In 1983, Miller himself directed a staging of "Salesman" in Chinese at the Beijing People's Art Theatre. He said that while the Chinese, then largely ignorant of capitalism, might not have understood Loman's career choice, they did have empathy for his desire to drink from the Grail of the American Dream. They understood this dream, which Miller characterizes as the desire "to excel, to win out over anonymity and meaninglessness, to love and be loved, and above all, perhaps, to count. " It is this desire to sup at the table of the great American Capitalists, even if one is just scrounging for crumbs, in a country of which President Calvin Coolidge said, "The business of America is business," this desire to be recognized, to be somebody, that so moves "Salesman" audiences, whether in New York, London or Beijing. Miller never again attained the critical heights nor smash Broadway success of "Salesman," though he continued to write fine plays that were appreciated by critics and audiences alike for another two decades. Disenchanted with Kazan over his friendly testimony before the House Un-American Activities Committee, the two parted company when Kazan refused to direct "The Crucible", Miller's parable of the witch hunts of Sen. Joseph McCarthy. Defending her husband, Kazan's wife, Molly, told Miller that the play was disingenuous, as there were no real witches in Puritan Salem. It was a point Miller disagreed with, as it was a matter of perspective--the witches in Salem were real to those who believed in them. However, subsequent research has shown that the cursorily-researched (at best) play contains fictional motifs (regarding Goodman and Goodwife Putnam and their offspring), limited research, and carelessness in identifying (or not identifying, as with William Stoughton) the true authors of the witch trials.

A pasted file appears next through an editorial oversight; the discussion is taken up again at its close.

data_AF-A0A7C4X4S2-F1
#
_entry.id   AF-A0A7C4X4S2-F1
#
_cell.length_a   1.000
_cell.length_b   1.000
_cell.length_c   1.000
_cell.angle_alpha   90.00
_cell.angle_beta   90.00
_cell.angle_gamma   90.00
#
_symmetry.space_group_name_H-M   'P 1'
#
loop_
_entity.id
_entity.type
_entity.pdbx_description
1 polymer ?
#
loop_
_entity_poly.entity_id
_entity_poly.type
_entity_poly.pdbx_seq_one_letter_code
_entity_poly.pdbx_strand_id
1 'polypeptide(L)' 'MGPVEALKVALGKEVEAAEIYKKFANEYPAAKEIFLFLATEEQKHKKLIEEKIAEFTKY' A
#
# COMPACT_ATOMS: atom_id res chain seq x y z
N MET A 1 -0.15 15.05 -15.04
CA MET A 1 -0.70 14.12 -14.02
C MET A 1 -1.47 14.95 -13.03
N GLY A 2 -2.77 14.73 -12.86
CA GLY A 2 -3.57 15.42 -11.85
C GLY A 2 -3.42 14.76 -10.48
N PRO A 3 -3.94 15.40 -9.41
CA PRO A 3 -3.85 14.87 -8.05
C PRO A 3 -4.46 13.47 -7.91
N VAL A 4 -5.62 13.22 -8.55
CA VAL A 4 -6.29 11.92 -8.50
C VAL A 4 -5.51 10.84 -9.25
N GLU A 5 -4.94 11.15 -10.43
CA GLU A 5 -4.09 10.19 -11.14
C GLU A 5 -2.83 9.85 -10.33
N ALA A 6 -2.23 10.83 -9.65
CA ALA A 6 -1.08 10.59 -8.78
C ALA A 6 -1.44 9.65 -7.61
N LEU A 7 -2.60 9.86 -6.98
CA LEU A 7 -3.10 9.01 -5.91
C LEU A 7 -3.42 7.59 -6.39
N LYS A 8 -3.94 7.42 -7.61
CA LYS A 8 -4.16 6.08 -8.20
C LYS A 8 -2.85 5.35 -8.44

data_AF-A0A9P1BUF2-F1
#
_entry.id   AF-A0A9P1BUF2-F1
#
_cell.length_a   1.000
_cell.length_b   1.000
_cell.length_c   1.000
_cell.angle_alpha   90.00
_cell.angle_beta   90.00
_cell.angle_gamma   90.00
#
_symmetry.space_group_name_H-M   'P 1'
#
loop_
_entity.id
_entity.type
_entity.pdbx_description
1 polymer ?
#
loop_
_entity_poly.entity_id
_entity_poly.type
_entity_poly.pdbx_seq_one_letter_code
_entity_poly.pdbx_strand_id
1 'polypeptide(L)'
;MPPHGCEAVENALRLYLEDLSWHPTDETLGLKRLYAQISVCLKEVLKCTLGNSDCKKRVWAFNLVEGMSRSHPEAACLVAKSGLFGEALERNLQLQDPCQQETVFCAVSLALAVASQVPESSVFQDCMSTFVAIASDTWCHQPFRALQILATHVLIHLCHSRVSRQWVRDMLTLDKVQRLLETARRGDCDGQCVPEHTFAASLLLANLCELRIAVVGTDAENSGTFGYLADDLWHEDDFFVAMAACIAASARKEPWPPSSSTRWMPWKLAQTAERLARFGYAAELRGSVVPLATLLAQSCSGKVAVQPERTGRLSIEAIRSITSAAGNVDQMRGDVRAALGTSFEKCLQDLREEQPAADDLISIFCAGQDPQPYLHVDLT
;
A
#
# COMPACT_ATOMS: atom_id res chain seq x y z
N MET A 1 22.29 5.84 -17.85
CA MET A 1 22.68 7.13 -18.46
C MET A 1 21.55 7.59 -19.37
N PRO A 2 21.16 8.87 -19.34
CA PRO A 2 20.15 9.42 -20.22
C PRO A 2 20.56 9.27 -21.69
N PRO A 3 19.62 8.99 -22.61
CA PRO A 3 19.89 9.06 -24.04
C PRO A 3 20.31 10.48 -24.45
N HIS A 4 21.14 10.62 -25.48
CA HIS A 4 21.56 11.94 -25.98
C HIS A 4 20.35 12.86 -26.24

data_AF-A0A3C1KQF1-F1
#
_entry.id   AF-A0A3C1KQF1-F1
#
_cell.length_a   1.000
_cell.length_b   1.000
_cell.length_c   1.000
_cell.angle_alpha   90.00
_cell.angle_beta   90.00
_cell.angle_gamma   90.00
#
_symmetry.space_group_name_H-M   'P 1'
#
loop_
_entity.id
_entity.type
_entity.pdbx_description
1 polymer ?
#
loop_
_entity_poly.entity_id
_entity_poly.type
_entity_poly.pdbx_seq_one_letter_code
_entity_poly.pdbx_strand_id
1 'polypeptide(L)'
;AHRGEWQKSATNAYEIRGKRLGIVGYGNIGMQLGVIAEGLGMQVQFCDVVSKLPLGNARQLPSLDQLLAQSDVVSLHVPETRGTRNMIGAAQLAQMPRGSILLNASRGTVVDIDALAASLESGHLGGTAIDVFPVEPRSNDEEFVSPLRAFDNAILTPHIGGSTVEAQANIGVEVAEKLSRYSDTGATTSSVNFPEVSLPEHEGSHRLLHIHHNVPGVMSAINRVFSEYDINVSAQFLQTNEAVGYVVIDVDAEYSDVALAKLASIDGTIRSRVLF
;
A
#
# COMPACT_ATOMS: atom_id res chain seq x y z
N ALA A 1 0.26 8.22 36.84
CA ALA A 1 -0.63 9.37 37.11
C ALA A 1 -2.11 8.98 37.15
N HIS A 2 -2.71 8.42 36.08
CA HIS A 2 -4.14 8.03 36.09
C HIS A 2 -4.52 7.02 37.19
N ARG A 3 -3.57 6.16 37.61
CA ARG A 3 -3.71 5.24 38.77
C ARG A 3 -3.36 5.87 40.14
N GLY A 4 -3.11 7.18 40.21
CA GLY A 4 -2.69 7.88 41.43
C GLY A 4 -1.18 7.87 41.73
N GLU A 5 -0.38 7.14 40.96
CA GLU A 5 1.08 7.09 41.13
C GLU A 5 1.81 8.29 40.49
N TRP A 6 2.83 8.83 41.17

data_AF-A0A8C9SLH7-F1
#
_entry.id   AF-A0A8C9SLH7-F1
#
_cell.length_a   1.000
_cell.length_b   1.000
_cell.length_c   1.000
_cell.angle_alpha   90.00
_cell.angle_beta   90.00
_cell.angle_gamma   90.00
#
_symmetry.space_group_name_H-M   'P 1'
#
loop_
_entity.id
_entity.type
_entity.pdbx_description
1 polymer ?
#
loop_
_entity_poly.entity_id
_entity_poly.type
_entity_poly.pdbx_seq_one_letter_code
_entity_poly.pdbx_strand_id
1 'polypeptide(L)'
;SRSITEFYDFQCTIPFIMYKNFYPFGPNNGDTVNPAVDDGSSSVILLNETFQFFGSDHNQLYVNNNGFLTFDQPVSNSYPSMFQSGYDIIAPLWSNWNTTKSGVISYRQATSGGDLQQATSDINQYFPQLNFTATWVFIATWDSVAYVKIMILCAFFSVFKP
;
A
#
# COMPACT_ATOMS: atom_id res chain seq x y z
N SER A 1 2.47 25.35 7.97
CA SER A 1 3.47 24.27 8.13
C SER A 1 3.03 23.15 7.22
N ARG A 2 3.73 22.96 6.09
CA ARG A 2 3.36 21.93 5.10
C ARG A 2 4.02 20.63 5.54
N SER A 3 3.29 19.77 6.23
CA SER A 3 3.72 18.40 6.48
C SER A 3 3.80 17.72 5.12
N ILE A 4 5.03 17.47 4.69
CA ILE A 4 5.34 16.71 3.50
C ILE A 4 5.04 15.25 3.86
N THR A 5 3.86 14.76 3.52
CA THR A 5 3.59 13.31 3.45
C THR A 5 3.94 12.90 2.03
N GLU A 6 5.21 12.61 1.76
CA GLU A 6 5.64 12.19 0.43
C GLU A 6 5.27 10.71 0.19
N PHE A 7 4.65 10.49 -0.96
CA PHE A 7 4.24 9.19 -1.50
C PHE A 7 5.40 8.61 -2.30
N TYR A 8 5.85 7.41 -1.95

The universality of his work was highlighted with his own successful staging of "Death of a Salesman" in Beijing in 1983. "Death of a Salesman" has become a standard warhorse, now revived each decade on Broadway, and internationally. In addition to George C. Scott and Lee J.